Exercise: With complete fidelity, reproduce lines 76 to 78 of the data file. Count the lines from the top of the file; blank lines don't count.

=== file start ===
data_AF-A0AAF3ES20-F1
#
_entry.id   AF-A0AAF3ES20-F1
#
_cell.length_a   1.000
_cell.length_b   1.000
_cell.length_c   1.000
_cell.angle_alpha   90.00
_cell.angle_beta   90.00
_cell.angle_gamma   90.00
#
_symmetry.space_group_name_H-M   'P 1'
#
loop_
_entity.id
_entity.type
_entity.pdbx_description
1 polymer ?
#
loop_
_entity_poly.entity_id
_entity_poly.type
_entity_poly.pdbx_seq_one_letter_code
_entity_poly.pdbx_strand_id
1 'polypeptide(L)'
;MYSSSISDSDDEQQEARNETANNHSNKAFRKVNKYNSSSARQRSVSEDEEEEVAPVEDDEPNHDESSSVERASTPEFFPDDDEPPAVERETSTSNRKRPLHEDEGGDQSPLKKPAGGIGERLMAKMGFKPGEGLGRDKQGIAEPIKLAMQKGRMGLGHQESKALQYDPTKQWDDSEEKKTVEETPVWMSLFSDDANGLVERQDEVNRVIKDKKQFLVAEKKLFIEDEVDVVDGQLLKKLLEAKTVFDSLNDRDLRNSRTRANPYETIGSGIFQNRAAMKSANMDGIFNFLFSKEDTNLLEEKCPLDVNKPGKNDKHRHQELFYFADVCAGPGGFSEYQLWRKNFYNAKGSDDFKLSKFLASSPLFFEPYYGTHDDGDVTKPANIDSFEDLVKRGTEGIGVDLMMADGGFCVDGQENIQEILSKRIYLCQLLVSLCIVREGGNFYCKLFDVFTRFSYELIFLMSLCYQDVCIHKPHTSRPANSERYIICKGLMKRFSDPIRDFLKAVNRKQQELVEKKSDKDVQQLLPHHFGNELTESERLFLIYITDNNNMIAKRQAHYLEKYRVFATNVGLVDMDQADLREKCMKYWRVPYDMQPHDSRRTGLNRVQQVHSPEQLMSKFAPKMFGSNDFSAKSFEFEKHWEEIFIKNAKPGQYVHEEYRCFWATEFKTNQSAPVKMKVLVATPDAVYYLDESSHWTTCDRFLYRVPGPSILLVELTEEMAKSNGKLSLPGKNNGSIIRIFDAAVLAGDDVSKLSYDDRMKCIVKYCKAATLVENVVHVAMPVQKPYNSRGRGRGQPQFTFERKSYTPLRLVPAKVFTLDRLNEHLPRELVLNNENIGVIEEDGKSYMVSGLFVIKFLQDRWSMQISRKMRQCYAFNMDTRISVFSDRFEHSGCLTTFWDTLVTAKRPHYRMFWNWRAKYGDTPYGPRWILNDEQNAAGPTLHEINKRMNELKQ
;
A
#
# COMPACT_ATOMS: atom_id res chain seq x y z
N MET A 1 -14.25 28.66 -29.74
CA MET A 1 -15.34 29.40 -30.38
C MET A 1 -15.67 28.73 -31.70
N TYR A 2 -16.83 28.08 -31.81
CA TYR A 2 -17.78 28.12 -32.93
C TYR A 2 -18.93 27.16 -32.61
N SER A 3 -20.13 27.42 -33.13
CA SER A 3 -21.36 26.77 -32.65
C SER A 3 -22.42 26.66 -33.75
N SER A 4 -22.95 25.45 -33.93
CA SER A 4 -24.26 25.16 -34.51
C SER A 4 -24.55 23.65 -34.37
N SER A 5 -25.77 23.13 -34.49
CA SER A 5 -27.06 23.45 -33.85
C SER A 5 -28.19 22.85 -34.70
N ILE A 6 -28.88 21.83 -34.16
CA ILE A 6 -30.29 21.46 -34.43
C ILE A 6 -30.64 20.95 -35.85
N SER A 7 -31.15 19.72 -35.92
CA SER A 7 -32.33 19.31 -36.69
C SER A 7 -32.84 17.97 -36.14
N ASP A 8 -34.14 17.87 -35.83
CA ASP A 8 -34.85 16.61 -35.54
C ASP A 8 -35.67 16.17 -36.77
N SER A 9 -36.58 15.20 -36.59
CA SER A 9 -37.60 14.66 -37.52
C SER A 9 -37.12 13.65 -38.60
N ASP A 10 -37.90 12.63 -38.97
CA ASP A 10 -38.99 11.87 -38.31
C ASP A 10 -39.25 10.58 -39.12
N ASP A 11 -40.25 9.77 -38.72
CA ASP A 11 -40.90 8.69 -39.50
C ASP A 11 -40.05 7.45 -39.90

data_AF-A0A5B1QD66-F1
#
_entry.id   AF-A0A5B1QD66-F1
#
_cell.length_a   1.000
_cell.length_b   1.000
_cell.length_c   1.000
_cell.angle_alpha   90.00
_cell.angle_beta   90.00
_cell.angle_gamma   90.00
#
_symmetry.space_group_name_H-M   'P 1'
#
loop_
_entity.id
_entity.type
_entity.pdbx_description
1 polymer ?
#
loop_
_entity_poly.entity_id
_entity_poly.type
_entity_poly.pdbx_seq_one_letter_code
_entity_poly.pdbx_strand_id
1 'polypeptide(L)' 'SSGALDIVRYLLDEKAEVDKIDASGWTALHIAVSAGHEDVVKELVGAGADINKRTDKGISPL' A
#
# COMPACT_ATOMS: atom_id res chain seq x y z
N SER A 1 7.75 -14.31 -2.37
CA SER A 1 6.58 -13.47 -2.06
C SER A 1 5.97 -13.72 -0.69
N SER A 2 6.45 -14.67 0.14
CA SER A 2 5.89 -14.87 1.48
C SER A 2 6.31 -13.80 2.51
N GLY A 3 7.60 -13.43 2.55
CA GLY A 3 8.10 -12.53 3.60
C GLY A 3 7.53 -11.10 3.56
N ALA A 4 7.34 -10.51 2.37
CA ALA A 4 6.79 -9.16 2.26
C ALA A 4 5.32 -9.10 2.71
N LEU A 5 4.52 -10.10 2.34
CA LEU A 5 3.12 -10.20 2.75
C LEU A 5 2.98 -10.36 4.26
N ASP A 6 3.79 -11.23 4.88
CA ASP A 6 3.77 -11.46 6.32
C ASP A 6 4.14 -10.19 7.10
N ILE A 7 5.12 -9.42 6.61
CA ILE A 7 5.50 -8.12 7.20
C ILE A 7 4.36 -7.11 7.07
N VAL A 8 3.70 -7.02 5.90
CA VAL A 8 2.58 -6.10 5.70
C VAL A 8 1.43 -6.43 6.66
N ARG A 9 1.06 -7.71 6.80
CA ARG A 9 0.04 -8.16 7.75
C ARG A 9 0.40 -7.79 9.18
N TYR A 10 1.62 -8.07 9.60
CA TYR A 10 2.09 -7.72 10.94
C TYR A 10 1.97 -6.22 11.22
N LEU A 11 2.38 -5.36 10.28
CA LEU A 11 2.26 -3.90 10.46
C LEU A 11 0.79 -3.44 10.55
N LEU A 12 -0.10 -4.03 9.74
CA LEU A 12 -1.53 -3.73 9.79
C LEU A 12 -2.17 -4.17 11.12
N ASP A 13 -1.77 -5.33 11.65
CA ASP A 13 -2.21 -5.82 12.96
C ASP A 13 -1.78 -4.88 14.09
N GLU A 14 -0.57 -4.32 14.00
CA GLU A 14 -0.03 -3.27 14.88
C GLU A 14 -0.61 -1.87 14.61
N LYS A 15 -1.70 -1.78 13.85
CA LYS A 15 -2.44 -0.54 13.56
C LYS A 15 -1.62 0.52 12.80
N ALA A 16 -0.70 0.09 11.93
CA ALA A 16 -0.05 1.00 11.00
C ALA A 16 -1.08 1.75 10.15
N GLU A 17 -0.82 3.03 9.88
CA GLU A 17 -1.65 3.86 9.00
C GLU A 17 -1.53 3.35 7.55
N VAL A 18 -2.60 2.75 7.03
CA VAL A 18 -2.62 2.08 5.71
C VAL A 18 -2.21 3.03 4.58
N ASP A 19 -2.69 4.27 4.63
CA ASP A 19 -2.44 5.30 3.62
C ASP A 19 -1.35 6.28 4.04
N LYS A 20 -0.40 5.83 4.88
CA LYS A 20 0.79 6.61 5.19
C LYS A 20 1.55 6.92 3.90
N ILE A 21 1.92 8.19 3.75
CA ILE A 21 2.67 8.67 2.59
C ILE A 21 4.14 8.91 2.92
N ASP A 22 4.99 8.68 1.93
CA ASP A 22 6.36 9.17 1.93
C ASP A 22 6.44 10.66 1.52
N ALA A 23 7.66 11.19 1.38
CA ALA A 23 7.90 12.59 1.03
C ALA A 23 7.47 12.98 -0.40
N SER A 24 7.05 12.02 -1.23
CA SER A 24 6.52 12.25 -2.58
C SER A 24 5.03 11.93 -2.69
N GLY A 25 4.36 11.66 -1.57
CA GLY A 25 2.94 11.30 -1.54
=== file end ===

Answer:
#
loop_
_entity.id